allow only numbers in an input

Discussion in 'Javascript' started by PJ, Dec 19, 2005.

  1. PJ

    PJ Guest

    I've been using this function to limit a text input to numbers only with success on an old site.

    function checkForInt(evt) {
    var charCode = ( evt.which ) ? evt.which : event.keyCode;
    return ( charCode >= 48 && charCode <= 57 );
    }<input id="txt" type="text" onkeypress="return checkForInt(event)" />However, on a new site I am building, the text input not only disallows letters, it also doesn't allow tabbing to the next control, hitting return, backspace, delete, left/right arrow, etc. I obvioulsy want to allow these keys. The only difference between the two is that the new site is xhtml 1.0 transitional. Has anyone else experienced this?

    Also, what is the proper syntax to wire up an event like this without typing the event attribute in the markup itself?

    document.getElementById('txt').onkeypress = function(event) { return checkForInt(event); }

    ????
    Thanks,~PJ
     
    PJ, Dec 19, 2005
    #1
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  2. PJ

    PJ Guest

    I need a filter on both sites. I have modified the function to the
    following now and it seems to work.

    function checkForInt(evt) {
    //notice that the check is != null now, as the tab key has a value of 0
    var charCode = ( evt.which != null ) ? evt.which : event.keyCode
    //charCodes < 32 include tab, delete, arrow keys, etc
    return (charCode < 32 || (charCode >= 48 && charCode <= 57))
    }

    However:
    document.getElementById("txt").onkeypress = checkForInt;
    does not work in Firefox as an argument needs to be passed in order to pass
    the event. How do you assign an event in code and pass arguments to it?

    Thanks
    ~PJ





    "Ian" <> wrote in message
    news:...
    > PJ wrote:
    > > I've been using this function to limit a text input to numbers only with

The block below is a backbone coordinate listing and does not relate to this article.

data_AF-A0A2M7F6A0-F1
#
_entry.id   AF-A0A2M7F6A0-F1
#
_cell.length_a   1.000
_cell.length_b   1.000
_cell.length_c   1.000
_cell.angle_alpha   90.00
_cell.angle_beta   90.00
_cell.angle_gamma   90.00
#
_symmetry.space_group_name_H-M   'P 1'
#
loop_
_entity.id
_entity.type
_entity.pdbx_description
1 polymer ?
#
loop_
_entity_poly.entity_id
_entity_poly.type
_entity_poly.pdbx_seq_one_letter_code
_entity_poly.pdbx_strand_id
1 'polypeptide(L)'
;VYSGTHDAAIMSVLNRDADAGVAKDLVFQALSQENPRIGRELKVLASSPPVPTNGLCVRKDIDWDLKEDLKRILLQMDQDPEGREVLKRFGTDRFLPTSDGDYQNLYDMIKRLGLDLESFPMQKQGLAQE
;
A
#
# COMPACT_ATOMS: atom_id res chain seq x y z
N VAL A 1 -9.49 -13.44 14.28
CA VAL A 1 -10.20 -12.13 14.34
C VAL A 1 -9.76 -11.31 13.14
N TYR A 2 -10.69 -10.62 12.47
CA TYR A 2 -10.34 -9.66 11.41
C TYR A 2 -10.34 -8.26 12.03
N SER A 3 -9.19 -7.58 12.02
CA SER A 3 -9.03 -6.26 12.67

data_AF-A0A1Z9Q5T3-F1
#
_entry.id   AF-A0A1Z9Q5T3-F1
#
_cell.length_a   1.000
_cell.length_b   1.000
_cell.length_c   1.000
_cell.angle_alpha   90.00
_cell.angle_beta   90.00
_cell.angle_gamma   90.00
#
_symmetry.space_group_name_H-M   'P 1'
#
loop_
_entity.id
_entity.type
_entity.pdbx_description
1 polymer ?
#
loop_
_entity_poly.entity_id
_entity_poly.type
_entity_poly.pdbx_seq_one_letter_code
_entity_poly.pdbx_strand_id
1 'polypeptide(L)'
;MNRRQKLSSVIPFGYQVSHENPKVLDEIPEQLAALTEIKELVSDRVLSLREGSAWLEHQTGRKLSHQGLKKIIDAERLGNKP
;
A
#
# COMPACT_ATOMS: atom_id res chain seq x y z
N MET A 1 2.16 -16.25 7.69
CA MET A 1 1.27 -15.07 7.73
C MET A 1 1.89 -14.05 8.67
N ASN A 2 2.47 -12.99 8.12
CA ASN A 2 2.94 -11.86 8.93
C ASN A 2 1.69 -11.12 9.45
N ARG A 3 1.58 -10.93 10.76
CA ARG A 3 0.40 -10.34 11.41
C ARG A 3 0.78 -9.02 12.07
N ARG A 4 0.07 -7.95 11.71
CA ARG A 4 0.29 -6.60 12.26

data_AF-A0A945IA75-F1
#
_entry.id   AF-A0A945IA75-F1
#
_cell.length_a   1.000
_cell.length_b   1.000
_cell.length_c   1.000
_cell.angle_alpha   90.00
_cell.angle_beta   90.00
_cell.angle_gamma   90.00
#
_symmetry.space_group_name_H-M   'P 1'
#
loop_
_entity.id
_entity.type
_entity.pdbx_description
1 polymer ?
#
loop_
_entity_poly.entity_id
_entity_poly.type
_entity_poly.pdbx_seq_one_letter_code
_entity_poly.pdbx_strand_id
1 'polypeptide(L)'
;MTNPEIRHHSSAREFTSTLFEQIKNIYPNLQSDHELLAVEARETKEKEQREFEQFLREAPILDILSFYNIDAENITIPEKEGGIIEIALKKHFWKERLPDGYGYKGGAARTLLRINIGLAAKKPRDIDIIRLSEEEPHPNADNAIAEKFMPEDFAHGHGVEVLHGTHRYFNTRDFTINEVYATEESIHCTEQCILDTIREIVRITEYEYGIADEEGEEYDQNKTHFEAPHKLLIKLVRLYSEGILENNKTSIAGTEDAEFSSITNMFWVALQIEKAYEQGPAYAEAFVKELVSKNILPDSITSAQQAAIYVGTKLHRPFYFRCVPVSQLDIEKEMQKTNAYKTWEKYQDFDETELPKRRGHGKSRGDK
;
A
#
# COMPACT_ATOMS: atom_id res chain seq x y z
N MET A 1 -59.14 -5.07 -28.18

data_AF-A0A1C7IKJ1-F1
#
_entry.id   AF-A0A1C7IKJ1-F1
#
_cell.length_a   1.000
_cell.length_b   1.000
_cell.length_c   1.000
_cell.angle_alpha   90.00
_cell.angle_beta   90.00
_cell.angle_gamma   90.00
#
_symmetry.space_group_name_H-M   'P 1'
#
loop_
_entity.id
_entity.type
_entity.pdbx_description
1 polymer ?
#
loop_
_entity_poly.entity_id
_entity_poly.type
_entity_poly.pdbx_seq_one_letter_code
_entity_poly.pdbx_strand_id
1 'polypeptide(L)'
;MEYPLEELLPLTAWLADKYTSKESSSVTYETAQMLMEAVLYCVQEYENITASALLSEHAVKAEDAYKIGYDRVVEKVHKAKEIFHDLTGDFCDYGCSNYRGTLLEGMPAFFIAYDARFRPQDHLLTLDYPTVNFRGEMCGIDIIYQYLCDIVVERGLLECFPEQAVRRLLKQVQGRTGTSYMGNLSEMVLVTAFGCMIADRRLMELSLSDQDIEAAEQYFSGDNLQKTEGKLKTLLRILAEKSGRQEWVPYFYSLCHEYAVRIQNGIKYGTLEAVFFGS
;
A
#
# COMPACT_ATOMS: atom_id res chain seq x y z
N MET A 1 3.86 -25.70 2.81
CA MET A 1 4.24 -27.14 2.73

> > success on an old site.
    > >
    > >
    > > function checkForInt(evt) {
    > > var charCode = ( evt.which ) ? evt.which : event.keyCode;
    > > return ( charCode >= 48 && charCode <= 57 );
    > > }
    > >
    > > <input id="txt" type="text" onkeypress="return checkForInt(event)" />
    > >
    > > However, on a new site I am building, the text input not only disallows
    > > letters, it also doesn't allow tabbing to the next control, hitting
    > > return, backspace, delete, left/right arrow, etc. I obvioulsy want to
    > > allow these keys. The only difference between the two is that the new
    > > site is xhtml 1.0 transitional. Has anyone else experienced this?
    > >

    > Are you saying there is an existing filter, or you are required to add

    one?
    >
    > > Also, what is the proper syntax to wire up an event like this without
    > > typing the event attribute in the markup itself?
    > >
    > > document.getElementById('txt').onkeypress = function(event) { return
    > > checkForInt(event); }
    > >

    > Or
    >
    > document.getElementById("txt").onkeypress = checkForInt;
    >
    > I tend to favour this in an onload handler to putting stuff in the
    > markup. No point in cluttering up the XHTML with stuff that would be
    > ignored if the user disabled JavaScript!
    >
    > Ian
     
    PJ, Dec 19, 2005
    #2
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  3. PJ

    PJ Guest

    Ok, the reason it wasn't working for me is I had accidently left the
    attribute for the event on while testing. That last function I used was no
    good in IE as it throws an error that evt.which is null or not an object, as
    evt itself is null in IE. The latest iteration I have is:

    function checkForInt(evt) {
    evt = ( evt ) ? evt : window.event;
    var charCode = ( evt.which ) ? evt.which : evt.keyCode
    return (charCode <= 31 || (charCode >= 48 && charCode <= 57))
    }

    Come to think of it, it should be titled "checkForPosInt", but oh well...

    As for wiring events, I like to take the seperation a bit further and use
    Ben Nolan's Behaviour file. I've found this rather nifty way that uses css
    selectors. http://bennolan.com/behaviour/

    var gameRules = {
    '#txt' : function(element) {
    element.onkeypress = checkForInt;
    } ,
    Behaviour.register(gameRules);

    Thanks again Ian
    ~PJ



    "Ian" <> wrote in message
    news:...
    > PJ wrote:
    > > I need a filter on both sites. I have modified the function to the
    > > following now and it seems to work.
    > >
    > > function checkForInt(evt) {
    > > //notice that the check is != null now, as the tab key has a value

    of 0
    > > var charCode = ( evt.which != null ) ? evt.which : event.keyCode
    > > //charCodes < 32 include tab, delete, arrow keys, etc
    > > return (charCode < 32 || (charCode >= 48 && charCode <= 57))
    > > }
    > >
    > > However:
    > > document.getElementById("txt").onkeypress = checkForInt;
    > > does not work in Firefox as an argument needs to be passed in order to

    pass
    > > the event. How do you assign an event in code and pass arguments to it?
    > >

    > It does.
    >
    > The event is automatically passed to the function as its one and only
    > parameter.
    >
    > In IE, you have to get the event form the window (window.event).
    >
    > Ian
     
    PJ, Dec 20, 2005
    #3
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